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## Data flow analysis in the Processor Farmlet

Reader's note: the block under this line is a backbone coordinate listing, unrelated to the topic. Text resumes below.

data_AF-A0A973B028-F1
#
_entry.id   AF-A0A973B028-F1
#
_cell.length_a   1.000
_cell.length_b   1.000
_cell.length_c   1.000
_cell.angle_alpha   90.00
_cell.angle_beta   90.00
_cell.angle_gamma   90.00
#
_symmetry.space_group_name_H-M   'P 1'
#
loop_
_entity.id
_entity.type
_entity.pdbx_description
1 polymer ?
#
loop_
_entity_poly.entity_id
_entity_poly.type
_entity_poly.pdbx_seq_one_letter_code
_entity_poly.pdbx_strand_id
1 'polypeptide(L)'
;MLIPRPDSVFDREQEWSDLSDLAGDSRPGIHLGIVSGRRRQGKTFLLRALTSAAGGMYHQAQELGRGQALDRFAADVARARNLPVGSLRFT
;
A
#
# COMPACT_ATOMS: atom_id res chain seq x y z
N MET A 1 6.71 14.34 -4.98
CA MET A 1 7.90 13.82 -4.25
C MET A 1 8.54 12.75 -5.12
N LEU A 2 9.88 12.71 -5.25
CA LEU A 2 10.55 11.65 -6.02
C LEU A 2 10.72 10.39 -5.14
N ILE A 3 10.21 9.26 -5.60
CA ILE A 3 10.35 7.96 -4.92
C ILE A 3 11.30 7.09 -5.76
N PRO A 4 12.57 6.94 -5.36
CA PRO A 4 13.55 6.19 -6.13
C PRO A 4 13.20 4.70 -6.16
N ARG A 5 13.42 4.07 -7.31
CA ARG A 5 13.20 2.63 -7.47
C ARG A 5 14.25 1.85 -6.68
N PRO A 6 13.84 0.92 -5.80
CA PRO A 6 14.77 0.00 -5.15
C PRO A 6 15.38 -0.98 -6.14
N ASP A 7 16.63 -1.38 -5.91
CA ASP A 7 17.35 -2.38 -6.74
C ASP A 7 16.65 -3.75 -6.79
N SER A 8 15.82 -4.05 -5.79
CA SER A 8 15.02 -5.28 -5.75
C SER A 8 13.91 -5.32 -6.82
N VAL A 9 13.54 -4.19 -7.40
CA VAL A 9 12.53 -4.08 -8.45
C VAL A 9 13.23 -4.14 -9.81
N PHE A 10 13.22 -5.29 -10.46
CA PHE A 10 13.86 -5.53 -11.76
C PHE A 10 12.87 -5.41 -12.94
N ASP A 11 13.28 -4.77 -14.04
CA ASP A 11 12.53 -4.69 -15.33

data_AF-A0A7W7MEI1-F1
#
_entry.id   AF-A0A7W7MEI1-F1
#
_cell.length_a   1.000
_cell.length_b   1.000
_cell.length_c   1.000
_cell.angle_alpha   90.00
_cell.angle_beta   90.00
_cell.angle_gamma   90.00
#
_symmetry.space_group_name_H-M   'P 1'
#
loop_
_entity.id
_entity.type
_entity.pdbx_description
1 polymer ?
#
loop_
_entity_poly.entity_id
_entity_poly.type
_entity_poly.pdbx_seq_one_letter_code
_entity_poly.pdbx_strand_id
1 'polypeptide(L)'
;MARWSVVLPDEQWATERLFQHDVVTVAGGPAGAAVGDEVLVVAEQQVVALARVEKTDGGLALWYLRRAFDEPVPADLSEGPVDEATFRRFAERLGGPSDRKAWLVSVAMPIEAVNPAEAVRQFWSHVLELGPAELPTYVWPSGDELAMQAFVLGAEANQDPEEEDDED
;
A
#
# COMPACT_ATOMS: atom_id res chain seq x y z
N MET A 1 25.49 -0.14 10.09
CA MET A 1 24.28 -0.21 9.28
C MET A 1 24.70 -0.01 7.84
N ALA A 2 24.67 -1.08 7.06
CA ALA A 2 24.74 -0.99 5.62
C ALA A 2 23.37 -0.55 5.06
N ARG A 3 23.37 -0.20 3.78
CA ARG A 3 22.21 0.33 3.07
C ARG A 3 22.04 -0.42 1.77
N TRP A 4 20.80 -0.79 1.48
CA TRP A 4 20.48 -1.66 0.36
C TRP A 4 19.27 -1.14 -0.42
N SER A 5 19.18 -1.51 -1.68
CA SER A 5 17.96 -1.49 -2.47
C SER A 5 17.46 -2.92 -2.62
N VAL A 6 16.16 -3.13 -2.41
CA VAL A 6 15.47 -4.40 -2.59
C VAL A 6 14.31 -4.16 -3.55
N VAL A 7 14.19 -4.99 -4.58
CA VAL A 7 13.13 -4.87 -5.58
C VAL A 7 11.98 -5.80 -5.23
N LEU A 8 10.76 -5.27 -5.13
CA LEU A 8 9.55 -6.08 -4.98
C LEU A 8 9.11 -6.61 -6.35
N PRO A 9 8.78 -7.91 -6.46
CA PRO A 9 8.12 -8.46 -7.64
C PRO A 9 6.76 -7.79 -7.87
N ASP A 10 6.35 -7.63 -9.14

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**Data flow analysis in the Processor Farmlet**Transient Behavior of the M/M/1 process Gustavo Cancelo**S1**S2 S0 Review of a stationary M/M/1 queue • The input and output to the queue are Poisson distributed. • : input data rate (w/s, pix/BCO) • : output data rate • : traffic intensity State diagram Steady State equations Gustavo Cancelo**Problem statement**A Farmlet has N processing nodes. When one nodes fails, the remaining N-1 nodes will see an increase in the average data flow they must process. Several questions come up: • How is the data flow dynamics in the remaining N-1 working processors? • Is the new system stable or do we need to throttle data? • If the node’s failure can be fixed by reinitializing the processor, how much time do we have before running into problems with the other nodes? • How much processing idle-time we need to provide to each processor to prevent data loss by instability (i.e overflow) during a fault? Note that processing idle-time almost linearly translates into $$$. Gustavo Cancelo**o = i/N**o = 0 o = i/N o = i/(N-1) Buffer Manager Buffer Manager i i . . . . . . o = i/N o = i/(N-1) o = i/N o = i/(N-1) Problem statement (cont.) Before failure (BF) at t-> After failure (AF) at t-> (1a) • If AF>1 the system becomes unstable and must throttle data in the long term. • Here the term “unstable” implies that N-1 nodes cannot process the average input rate and in the “long term” (i.e after 4 or 5 time constants of the system dynamics ) the buffers will grow unbounded. • Equations 1b, 1c, and 1d are valid only if the system remains stable. (1b) (1c) (1d) Gustavo Cancelo**Transient M/M/1**• The M/M/1 process dynamics can be modeled by a differential-difference equation. • This equation shows that M/M/1 Space State is continuous in the time domain an discrete in the state that describes the buffer size. (2) • To solve (2) we must use both the Laplace and the Z-transforms. (3) • Where i represents the buffer size at t0 and P0*(s) is the Laplace transform of the initial state. Gustavo Cancelo**Transient M/M/1 (continued)**The solution to (3) is: (4) where Ik(x) is the modified Bessel function of the first kind. Equation (4) not only includes Bessel functions but also an infinite sum of them! The increasing and decreasing exponential terms in Pk(t) generate numerical problems when we calculate Pk(t) for t -> Gustavo Cancelo**Transient M/M/1 (continued)**(4) Pk(t) represents the entire distribution at each time instant. If we let t-> , (4) provides the M/M/1 steady state equations Now we’ll focus on Pk(t)’s 1st moment Pmean(t). There isn’t a closed expression for Pmean(t). Standard methods use numeric integration in the time domain or the in the transformed domain. An alternative is approximation of Pmean(t) with simpler functions. Gustavo Cancelo**Optimal Least-Squares Approximation to Pmean(t)**Optimal Least-Squares Approximation to Pmean(t). Assuming that Pmean(t) is stable (i.e. ρ= λ/μ < 1), it can be demonstrated that Pmean(t) is a non-decreasing function in t with exponential behavior. Hence it make sense to approximate it with a function like (5) The approximation is done using the L2 norm (6) The approximation involves inserting equation (5) into (6), deriving, and equating the result to zero to solve for the optimal coefficients. Since qn(t) is an infinite series it must be truncated. The truncation defines our model. That is the order of the approximation and the number of coefficients we need to solve for. Gustavo Cancelo**--- Pk(t)/qmean**--- q1/qmean --- q2/qmean Optimal Least-Squares Approximation to Pmean(t) (cont.) Due to the exponential behavior of Pmean(t), 1st and 2nd order approximations work pretty well. b1, in q1 and a1, b1 and b2 in q2 are a function of ρ. An important result of this approximation is that a time constant for the dynamic process can be obtained. Let τ1=1/ b1 be the time constant of the 1st order approximation. Gustavo Cancelo**--- Pk(t)/qmean**--- q1/qmean --- q2/qmean Optimal Least-Squares Approximation to Pmean(t) (cont.) Example: Let τ1=1/ b1 ρ=0.9 b1 = 0.0123μ μ=3.3events/ms Then, τ1=24.4ms 24.4ms => 24.4 million clocks of a 100MHz clock system (not bad!) If we want to have a moderate increase in queue sizes and processor workload we should attempt to recover from a fault condition as fast as possible. A fault recovery time ~ 0.1τ1 will increase the queue by ~ 20% Gustavo Cancelo**Summary**• Upon fault of a processing node the remaining N-1 nodes see an increase of their input queue size and processing workload (Eq. 1a-1d). • The fault condition may bring the system to unstability or saturation in the long term (Eq. 1a). • However, if we can recover fast enough from the fault condition, we may be able to keep the queue size and workload within reasonable bounds, even when the process is unstable in the long term. This will allow us to design keeping the processors with a low idle-time. • A throttling system must be available for when the system cannot recover from a fault, such us faults caused by hardware problems. Gustavo Cancelo**Some Costing Considerations**• Motherboard + 4 Daughterboards (M+4D) = $2380 • Motherboard + 6 Daughterboards (M+6D) = $2820 • Cost of Idle Time • M+4D case: $17K per every 1% (10% IdleTime=$170K) • M+6D case: $13K per every 1% (10% IdleTime=$130K) • How much does it cost to remain stable after a processor fault: • M+4D case: 2<1 => 1<0.75: ~$250K • M+6D case: 2<1 => 1<0.83: ~$113K Gustavo Cancelo**Example of a Triplet entry in the file:**-888 -1 8 -0.35682 -0.68696 -34.17005 -0.39532 -0.83705 -38.42006 -0.38984 -1.00026 -42.67006 0 8 -0.35761 -0.68310 -33.77005 -0.38282 -0.81598 -38.02005 -0.41201 -0.99012 -42.27005 … -888 Inner/Outer, Left/Right going triplet Pixel Points Bend view plane N-1 plane x, y, z N plane x, y, z N+1 plane x, y, z Station No Non-bend view plane The Triplet’s File If, for instance, dim(x)=16 bits, dim(y)=16 bits, dim(z)=7 bits, each Pixel Point occupies 40 bits. Three Pixel Point occupy 120. We can use 11 for tags => 128 bits = 4-32 bit words per Triplet line. Gustavo Cancelo**Triplet’s Data Statistics**• Average event size: • In number of triplets: 88.90 triplets • In number of words (4-32bit words/triplet): 355.61 words (1.4KB) • event size • In number of triplets: 80.06 • In number of words (4-32bit words/triplet): 320.25 words (1.3KB) • Largest event size of a sample of 2500 events • In number of triplets: 633 triplets (7.12 times the average) • In number of words (4-32bit words/triplet): 2532 words (~10KB) • Average execution time: • In s: 90.96 s • In number of BCO clocks: 688.83 clocks • execution time: • In s: 141.7 s • In number of BCO clocks: 1073.8clocks Gustavo Cancelo**Triplet’s Data Statistics (2)**• The throughput is based in the average execution time 90.96s. • If we can execute at this speed we’d only need 690 processors! • Average data throughput to a M+4D: • In number of triplets: 3.52 million triplets/s • In number of words (4-32bit words/triplet): 14.08 Mw/s • In bits/s 450.56 Mb/s • Average data throughput to a M+6D: • In number of triplets: 5.28 million triplets/s • In number of words (4-32bit words/triplet): 21.12 Mw/s • In bits/s: 675.84 Mb/s Gustavo Cancelo**Triplet’s Data Statistics (3)**Gustavo Cancelo**Triplet’s Data Statistics (4)**Gustavo Cancelo**Farmlet simulation run**• Simulates a processor failure • The simulation run for 800 BCOs • Processor No4 “failed” at BCO=100 and was operative again starting at BCO=600. • Simulation parameters • Processor’s internal queue maximum size is 2 events deep. • Buffer Manager’s individual queues are just one event deep. • The FIFO input buffer size is not restricted. • The data is moved around in 32-bit words. One word per clock cycle. The system clock is set at 106 MHz. • Simulation Results • Input FIFO queue size • Processor idle time Gustavo Cancelo**Simulation output (1)**Gustavo Cancelo**Simulation output (2)**Gustavo Cancelo**Simulation output (3)**Gustavo Cancelo